A spatial journey of fracking in the NT and analysis of implications

Theatre 1 (B103), 207 - 221 Bouverie St, Carlton, 3053



A major reason for Australia’s rising greenhouse gas emissions is the LNG export industry in Northern Australia. Yet in April 2018 the Northern Territory (NT) lifted the moratorium on hydraulic fracturing (‘fracking’) and exploration has recently commenced. Modest calculations of the projected greenhouse gas emissions from methane gas in the NT once in full production is 600 million tonnes of carbon dioxide equivalent per year (Lowe, I. 2019).

Other risks include contamination of water systems with methane gas and toxic chemicals; methane emissions causing health issues; and extensive networks of wells, pipelines and access routes disrupting the entire landscapes and bio regions.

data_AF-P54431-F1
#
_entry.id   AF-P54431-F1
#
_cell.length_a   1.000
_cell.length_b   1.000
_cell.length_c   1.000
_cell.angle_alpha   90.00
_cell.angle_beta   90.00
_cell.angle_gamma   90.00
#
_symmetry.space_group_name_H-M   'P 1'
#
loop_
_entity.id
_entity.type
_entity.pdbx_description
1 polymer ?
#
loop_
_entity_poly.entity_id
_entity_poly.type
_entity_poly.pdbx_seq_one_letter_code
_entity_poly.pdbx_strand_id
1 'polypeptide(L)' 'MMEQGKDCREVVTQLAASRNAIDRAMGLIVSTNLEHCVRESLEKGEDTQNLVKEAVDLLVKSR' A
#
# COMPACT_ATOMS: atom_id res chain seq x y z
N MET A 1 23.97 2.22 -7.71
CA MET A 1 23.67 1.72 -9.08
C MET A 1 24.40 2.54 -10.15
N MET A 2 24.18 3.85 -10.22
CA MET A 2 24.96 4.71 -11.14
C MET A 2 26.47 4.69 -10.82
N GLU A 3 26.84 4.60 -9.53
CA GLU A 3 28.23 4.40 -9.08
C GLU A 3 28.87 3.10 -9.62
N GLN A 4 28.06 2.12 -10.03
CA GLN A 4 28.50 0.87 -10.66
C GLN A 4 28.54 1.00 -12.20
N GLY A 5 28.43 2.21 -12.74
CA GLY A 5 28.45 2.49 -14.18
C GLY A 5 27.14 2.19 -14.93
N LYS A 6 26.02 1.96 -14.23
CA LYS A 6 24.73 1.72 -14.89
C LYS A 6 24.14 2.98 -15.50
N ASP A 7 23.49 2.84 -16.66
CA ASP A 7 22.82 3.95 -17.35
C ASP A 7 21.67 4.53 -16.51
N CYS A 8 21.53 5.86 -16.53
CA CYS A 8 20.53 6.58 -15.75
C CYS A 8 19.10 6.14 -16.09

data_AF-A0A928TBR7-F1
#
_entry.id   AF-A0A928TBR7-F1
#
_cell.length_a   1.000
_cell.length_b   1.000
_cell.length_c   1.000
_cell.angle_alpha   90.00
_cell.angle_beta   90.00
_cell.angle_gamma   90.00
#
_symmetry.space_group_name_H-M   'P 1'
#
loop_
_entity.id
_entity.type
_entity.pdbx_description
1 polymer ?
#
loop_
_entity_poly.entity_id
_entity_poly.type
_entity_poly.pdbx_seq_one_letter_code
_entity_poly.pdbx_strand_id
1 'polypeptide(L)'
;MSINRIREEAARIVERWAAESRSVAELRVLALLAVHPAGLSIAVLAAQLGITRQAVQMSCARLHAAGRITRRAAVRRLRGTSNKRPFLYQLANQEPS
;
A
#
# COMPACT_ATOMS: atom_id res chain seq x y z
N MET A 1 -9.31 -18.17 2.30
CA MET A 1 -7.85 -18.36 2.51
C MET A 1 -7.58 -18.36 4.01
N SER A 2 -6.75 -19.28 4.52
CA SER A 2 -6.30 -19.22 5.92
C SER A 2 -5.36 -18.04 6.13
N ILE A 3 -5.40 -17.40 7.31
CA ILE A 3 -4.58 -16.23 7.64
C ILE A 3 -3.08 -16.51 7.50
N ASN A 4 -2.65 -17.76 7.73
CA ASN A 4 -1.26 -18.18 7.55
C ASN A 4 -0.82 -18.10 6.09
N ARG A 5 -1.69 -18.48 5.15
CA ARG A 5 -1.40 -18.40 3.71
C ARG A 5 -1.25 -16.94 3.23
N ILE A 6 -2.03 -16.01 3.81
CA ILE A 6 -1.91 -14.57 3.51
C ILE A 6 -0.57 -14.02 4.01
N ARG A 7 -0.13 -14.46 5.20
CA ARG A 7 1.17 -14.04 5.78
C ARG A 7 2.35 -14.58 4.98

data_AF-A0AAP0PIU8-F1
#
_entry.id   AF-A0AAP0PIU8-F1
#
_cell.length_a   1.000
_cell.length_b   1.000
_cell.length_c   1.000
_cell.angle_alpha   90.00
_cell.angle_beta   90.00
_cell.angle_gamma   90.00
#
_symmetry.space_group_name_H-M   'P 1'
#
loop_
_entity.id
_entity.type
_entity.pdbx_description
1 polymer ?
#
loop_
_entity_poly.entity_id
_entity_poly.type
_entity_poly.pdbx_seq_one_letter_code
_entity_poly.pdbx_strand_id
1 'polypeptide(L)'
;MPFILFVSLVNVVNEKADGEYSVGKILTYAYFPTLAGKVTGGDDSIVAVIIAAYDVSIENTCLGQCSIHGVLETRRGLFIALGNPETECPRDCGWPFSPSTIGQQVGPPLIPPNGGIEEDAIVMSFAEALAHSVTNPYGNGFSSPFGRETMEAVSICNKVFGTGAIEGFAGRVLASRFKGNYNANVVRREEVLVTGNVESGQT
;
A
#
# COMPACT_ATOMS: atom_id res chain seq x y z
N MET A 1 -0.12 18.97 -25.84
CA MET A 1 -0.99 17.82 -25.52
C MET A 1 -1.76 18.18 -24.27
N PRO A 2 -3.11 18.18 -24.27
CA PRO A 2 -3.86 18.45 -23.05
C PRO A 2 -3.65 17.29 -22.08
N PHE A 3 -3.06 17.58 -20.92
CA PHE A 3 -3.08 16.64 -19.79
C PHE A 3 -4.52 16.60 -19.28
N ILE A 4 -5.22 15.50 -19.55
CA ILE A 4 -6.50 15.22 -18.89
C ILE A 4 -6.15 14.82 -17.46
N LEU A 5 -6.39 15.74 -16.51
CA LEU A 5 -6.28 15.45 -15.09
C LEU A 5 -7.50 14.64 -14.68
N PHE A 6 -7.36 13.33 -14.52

In this seminar Billee McGinley will share her extensive research into the socio-environmental implications of fracking in NT and explain the key points of contention and recommendations that arose in the Scientific Inquiry that preceded the lifting of the moratorium.

Drawing on her own maps of affected areas, Billee will discuss the identification of recommended no go zones, the granting of environmental approvals and concerns expressed about the industrialization of Aboriginal social, cultural and economic landscapes and risks posed to remote Top End communities.

About the Speaker
Billee McGinley is an environmental geographer with a diversity and depth of experience in natural resource management and Geographic Information Systems (GIS). Based since 2001 in Darwin, Northern Territory, Billee has worked extensively with indigenous land and sea managers in the tropical savanna regions of north Australia. Billee is actively involved at a grass roots level within the community on social and environmental justice issues. After becoming a mother in 2016, and working freelance, Billee has focused her skills and knowledge on the implications of the proposed shale gas industry in the Beetaloo Basin of the Northern Territory.